(FOX 2) - Karen Lenz is a registered nurse who works on the cardiac floor at Ann Arbor's University of Michigan hospital. She says violence against nurses is more common than you think.
In fact, studies show healthcare workers suffer 69 percent of all workplace violence injuries. Lenz has witnessed it first-hand.
"A hospital is where emotions are always running really high," she said. "There's lots of conflict that comes in and everybody is on edge. Of course it is the mentally ill people, but if you are going into a hospital for surgery - and if you are coming off of general anesthesia, you are not in your right mind.
"We have patients with dementia, we have patients that get delirious from the length they stay in the hospital and some other things. So the violence can be from the patients, but it is also from the people coming to see them."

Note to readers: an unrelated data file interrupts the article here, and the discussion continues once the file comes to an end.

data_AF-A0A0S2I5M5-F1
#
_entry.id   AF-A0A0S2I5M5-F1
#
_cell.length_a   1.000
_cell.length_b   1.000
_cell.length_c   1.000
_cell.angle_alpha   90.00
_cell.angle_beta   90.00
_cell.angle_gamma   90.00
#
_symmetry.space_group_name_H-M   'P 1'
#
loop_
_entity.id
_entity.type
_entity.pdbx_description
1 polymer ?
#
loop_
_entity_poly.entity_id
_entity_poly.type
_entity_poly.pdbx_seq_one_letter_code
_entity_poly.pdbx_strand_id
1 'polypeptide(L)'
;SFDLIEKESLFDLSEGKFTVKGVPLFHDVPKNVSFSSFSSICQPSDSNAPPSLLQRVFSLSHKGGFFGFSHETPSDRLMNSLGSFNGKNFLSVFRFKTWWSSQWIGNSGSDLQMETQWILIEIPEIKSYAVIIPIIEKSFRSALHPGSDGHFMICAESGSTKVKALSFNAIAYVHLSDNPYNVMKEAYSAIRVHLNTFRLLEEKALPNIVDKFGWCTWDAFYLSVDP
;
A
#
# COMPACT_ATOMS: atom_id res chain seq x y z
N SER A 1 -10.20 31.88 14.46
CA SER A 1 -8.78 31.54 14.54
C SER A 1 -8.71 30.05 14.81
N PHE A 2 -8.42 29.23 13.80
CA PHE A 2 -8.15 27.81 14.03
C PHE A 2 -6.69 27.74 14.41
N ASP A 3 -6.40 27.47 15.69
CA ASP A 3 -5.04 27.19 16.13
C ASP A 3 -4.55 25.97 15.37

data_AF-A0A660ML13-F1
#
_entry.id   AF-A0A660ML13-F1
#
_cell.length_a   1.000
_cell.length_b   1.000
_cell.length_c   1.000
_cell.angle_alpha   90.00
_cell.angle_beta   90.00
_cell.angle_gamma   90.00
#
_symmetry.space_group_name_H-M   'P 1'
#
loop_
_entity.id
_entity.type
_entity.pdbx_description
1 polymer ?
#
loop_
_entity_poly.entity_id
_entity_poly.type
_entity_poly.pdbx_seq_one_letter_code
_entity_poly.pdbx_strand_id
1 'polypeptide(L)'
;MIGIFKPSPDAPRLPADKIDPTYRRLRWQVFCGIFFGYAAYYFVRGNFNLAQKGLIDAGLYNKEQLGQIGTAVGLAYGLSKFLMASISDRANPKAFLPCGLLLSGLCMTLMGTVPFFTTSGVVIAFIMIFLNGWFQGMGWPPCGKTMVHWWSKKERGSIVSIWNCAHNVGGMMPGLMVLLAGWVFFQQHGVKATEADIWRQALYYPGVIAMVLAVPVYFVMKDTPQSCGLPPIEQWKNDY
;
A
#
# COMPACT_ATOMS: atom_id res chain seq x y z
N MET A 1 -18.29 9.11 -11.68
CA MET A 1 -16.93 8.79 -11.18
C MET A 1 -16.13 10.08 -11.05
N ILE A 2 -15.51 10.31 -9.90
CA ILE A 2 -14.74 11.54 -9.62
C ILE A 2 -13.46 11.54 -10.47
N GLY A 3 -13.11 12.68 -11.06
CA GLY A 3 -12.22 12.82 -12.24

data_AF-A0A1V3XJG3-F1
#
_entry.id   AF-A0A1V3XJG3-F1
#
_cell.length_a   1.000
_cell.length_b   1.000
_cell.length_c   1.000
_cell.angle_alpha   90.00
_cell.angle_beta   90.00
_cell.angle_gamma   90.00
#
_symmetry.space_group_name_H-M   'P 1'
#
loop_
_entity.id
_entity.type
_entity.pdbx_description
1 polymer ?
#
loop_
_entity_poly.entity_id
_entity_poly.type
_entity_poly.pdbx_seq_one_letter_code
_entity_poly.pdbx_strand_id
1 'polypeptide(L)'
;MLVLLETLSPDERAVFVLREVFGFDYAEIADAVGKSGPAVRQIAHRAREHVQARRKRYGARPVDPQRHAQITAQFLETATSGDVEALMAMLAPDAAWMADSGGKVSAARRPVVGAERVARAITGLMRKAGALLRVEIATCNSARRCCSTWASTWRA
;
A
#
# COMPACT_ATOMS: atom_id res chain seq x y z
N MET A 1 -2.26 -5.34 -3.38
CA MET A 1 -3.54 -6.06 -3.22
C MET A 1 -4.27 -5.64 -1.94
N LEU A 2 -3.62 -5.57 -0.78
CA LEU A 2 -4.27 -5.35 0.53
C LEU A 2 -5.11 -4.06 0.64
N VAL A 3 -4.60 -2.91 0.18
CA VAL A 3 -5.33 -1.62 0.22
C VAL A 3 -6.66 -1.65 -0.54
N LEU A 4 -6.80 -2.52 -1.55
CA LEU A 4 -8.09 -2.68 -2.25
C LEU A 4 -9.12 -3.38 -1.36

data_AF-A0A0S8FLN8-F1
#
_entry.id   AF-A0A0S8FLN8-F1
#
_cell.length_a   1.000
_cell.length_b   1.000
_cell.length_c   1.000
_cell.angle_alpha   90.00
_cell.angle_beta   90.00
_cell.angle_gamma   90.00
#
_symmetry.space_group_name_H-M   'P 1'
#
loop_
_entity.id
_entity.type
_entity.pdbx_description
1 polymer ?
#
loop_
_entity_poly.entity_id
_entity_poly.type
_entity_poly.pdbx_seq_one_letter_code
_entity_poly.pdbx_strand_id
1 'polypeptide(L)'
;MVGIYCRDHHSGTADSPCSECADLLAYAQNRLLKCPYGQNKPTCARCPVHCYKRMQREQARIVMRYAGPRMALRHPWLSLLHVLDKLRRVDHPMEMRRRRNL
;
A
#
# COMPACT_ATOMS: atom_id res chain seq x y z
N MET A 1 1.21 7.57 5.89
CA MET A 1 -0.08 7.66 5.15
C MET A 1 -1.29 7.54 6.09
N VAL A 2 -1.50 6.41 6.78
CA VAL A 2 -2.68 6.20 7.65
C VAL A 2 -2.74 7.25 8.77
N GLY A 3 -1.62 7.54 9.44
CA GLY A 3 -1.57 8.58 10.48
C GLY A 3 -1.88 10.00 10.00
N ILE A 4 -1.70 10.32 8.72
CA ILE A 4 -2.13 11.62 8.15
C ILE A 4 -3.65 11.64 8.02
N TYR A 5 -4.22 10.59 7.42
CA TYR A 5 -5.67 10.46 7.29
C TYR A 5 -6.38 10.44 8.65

Lenz, who is also a member of the Michigan Nurses Association, is applauding a bipartisan bill just introduced by the Senate that would help reduce violence against health care workers.
It would require hospitals, public health departments and certain other healthcare settings to create a workplace violence prevention plan that would include training employees on the policies, de-escalation and prevention techniques and to report the violence. Workers who report the incidents against them would also be protected from retaliation.
"Every nurse I know has dealt with it on some level, some form of violence, whether from a patient, a family member or a visitor, something," she said. "We are just trying to find ways to prevent that from happening."
Only a handful of hospitals, mostly in Detroit, have metal detectors for patients and visitors - which means security guards are their only form of protection. This bi-partisan plan puts the focus where it belongs - stopping the violence before it happens.
This bill is not about one solution. Each hospital would need to come up with a plan for possible violence or incidents it experiences.